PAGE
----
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1 September 2015 Discussions on radiation and space environment exposure of replicated optical mirrors produced from carbon composites
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Abstract
Radiation effects are well know to cause significant degradation in polymer materials. Low earth orbit (LEO) radiation exposures cause ionization potentials that can undermine mechanical properties of polymers. In particular, small scale degradations can undermine carbon / polymer composite mirrors used in imaging applications. High specularity surface finish is required for optical mirrors and that surface is vulnerable to radiation ionization degradation thereby undermining the optical performance of the mirror in that environment. Experiments involving radiation ionization and its effects on replicated carbon/polymer composite mirrors will be will be discussed; 6 replicated carbon/polymer composite mirrors on the Materials on the International Space Station Experiment, MISSE 7 and MISSE 8, the replicated RICH mirror the Alpha Magnetic Spectrometer (AMS-02) and testing on the RICH 1 replicated mirrors in the LHCb experiment. Results are favorable for optically coated composite mirrors in terms of mirror figure, reflectivity and surface finish, but no so on uncoated polymer mirrors.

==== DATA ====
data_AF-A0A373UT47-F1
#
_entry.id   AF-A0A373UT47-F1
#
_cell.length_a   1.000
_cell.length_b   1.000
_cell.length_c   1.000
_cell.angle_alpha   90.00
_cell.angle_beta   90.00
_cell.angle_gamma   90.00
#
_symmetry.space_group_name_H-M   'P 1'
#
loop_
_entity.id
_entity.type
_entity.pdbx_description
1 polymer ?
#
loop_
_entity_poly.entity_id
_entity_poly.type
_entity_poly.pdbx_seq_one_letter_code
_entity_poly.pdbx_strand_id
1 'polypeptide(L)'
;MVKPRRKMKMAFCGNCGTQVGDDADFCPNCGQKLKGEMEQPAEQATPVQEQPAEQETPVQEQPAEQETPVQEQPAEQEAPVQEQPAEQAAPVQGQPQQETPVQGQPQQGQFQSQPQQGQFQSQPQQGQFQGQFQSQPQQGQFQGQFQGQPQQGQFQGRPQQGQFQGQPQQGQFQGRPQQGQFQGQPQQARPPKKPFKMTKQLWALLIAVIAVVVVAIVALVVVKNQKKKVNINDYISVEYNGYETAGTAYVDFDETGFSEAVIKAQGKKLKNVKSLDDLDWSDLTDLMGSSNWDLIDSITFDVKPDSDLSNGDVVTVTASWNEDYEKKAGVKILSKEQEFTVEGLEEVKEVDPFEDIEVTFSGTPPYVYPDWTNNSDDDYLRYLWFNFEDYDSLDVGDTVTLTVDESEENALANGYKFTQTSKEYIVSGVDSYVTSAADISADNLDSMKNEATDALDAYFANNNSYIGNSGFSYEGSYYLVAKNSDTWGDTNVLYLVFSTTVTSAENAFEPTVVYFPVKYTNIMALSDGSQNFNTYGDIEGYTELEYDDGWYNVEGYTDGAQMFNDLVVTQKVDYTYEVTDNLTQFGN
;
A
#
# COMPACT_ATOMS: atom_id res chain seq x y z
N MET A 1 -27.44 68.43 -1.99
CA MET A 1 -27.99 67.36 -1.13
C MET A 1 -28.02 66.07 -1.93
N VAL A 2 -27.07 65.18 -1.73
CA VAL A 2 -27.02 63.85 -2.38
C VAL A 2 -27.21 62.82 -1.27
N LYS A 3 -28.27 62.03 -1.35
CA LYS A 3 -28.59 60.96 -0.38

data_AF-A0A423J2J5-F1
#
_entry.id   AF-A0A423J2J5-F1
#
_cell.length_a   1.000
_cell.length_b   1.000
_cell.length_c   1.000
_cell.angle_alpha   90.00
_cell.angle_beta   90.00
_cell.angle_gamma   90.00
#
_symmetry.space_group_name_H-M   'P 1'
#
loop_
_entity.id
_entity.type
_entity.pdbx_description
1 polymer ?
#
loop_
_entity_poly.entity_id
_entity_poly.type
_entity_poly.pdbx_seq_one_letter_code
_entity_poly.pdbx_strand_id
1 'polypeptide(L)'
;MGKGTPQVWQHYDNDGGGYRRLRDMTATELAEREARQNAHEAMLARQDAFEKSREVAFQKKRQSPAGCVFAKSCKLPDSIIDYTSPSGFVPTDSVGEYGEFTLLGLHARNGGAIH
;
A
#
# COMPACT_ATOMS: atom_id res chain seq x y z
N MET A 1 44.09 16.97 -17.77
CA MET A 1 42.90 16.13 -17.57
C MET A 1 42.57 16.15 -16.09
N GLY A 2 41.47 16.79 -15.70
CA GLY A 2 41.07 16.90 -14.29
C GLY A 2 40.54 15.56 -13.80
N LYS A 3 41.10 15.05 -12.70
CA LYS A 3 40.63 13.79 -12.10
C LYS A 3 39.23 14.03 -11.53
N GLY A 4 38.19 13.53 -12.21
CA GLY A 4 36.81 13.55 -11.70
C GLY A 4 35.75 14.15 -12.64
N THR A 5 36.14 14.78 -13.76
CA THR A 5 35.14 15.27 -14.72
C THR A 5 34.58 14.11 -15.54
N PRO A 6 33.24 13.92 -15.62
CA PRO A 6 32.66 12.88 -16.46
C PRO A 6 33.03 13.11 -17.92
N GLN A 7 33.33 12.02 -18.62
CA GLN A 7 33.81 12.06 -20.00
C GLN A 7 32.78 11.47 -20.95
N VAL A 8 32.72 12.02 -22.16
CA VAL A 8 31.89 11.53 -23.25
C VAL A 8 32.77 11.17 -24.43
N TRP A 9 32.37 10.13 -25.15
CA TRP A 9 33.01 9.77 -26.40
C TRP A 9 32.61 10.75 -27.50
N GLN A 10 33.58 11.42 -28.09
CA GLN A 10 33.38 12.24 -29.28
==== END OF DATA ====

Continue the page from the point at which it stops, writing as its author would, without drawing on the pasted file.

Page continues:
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R. C. Romeo, R. N. Martin, and K. Bollweg "Discussions on radiation and space environment exposure of replicated optical mirrors produced from carbon composites", Proc. SPIE 9616, Nanophotonics and Macrophotonics for Space Environments IX, 961602 (1 September 2015); https://doi.org/10.1117/12.2206184
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